There were four men standing outside the office of Riyasat Ali Khan, the Edhi Morgue night supervisor. A tall man with a handlebar moustache thrust a piece of paper in Khan’s face and asked: “Where is Asif Ali’s body?”
Khan, who is used to dealing with emotional family and party members, remains calm and asks when the body was brought to the morgue. He starts going through one of the several registers kept on his desk. His eyes skimming through names and numbers identifying the dead kept at the morgue. He taps his finger on the register and looks up at the man. “You know I can’t give you any further details till you show me a letter from the police station,” he said prepared to face an argument. “That is how it’s done.”
For five minutes, the man remains silent. The short man with a potbelly standing next to him takes the paper from his hand and informs Khan that the body was brought in three days ago.
This piece of paper isn’t just any piece of paper - it is a photocopy of a document from the police station where the FIR of the case was registered - when, where and how the body was found, and who they hold responsible.
According to Khan, standard procedure goes something like this — a body is taken to Jinnah Postgraduate Medical Centre, the Civil hospital or Abbasi Shaheed Hospital. Once the medico-legal formalities and autopsy is done, the body is brought to the morgue. In most murder, target killing and road accident cases the police gets involved and they have to send the morgue a letter to keep the body in cold storage. Family members, friends or party members can come to identify and claim the body within three days after which the bodies are buried. However, in some cases the police can ask them to keep the body for another three days - depending on how their investigation is going. Many families come to the morgue to claim their dead after they have been buried, in such cases according to Khan, they either take the body or have an honourary burial.
“We take photos of the body before and after the ghusal,” said Khan. “Three days is the limit because of two reasons - there is not enough space and the body starts to rot.” He added that the ghusal takes place on site, in a room right in front of the cold storage area.
At the moment, there are around 80 bodies wrapped in white cloth at the morgue being stored in sub-zero temperatures. The cold storage area is the size of two medium-sized bedrooms with stretchers lined up along the wall. There are bodies everywhere with not enough space to walk.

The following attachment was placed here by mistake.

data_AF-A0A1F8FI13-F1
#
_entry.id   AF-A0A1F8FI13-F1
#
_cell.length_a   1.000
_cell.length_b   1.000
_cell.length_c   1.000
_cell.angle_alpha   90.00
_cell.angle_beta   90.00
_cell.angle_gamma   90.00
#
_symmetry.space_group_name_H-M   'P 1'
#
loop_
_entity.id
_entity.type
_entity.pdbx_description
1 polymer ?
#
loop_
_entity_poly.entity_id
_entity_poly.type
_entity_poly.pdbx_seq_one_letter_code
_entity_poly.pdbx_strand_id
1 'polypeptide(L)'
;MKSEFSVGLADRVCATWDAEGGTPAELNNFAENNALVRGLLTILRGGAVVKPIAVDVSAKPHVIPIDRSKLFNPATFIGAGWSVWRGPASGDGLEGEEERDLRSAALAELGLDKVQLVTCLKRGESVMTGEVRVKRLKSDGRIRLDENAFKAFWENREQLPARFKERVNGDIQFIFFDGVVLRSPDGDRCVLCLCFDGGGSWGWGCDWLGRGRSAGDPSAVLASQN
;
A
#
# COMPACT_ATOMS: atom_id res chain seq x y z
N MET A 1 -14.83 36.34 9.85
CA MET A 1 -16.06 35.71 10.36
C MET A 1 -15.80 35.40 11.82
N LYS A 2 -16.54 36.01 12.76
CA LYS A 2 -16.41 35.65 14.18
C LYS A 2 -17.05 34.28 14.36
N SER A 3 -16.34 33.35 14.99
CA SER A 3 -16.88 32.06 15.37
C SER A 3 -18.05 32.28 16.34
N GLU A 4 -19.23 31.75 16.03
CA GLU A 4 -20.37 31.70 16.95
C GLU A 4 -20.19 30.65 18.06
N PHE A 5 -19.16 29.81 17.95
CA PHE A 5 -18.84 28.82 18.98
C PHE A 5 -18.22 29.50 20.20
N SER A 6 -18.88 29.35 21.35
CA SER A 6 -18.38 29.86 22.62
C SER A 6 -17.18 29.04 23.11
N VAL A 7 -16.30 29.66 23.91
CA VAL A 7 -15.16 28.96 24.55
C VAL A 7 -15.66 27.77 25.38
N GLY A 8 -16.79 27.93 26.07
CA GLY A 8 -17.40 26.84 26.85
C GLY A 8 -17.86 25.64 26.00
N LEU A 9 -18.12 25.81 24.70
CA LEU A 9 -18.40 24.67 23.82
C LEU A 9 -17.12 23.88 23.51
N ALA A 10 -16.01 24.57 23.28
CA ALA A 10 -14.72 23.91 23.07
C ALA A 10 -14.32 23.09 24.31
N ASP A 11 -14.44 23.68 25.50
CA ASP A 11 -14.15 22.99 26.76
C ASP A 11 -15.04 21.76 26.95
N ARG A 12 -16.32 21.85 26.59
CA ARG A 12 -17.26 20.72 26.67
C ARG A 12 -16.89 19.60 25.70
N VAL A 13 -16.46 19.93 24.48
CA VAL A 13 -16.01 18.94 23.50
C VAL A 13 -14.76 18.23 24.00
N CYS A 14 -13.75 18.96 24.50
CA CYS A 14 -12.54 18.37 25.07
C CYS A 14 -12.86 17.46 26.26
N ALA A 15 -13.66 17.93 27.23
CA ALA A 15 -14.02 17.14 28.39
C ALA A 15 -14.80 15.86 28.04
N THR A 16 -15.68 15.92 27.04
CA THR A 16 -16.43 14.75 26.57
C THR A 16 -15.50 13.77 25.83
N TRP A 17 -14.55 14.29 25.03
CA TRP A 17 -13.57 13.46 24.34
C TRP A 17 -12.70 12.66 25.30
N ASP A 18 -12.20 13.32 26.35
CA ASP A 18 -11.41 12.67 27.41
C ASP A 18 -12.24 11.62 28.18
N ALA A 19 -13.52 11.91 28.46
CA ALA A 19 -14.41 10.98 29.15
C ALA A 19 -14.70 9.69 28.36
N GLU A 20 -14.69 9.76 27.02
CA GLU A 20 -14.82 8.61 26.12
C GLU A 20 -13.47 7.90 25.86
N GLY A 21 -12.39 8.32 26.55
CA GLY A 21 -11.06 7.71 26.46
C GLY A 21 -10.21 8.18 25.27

“There are times we don’t have enough space,” said Khan. “For instance, there was a constant flow of bodies from the Abbas Town blast and May 12 riots. We just didn’t know where to keep the bodies.” He added that it was in situations like that where he felt there wasn’t enough space to keep the city’s dead.
According to Khan, he has seen some gruesome scenes but after years of being on the job he’s used to it. He said that on his first day at work, all he wanted to do was run away. Now, he spends most of his nights at the office. He goes through files, letters, people, to make sure that everything is in order.
“Yes, we need more space to keep the bodies so families can come and identify their loved ones,” he said. “But till we do, we just have to make the best of what we have.”
Published in The Express Tribune, August 17th, 2014.
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And such is the state of affairs of the Islamic Republic of Pakistan..everything is bleak; is there a brave honest muslim soul to pull us out of this morass? not the present lot of that I can give you a guarantee.
The PAT chief is correct in insisting that the entire present system is rotten and must be dismantled, he says you can continue to change a thousand faces in the prime ministers house or the parliaments the same Rotten people will come back. its time for a change, its a serious situation and extraordinary times demand extraordinary measures we all must play our part practically if we are to survive as a notion.
I wish there is peace everywhere in our country and we don't need such rooms.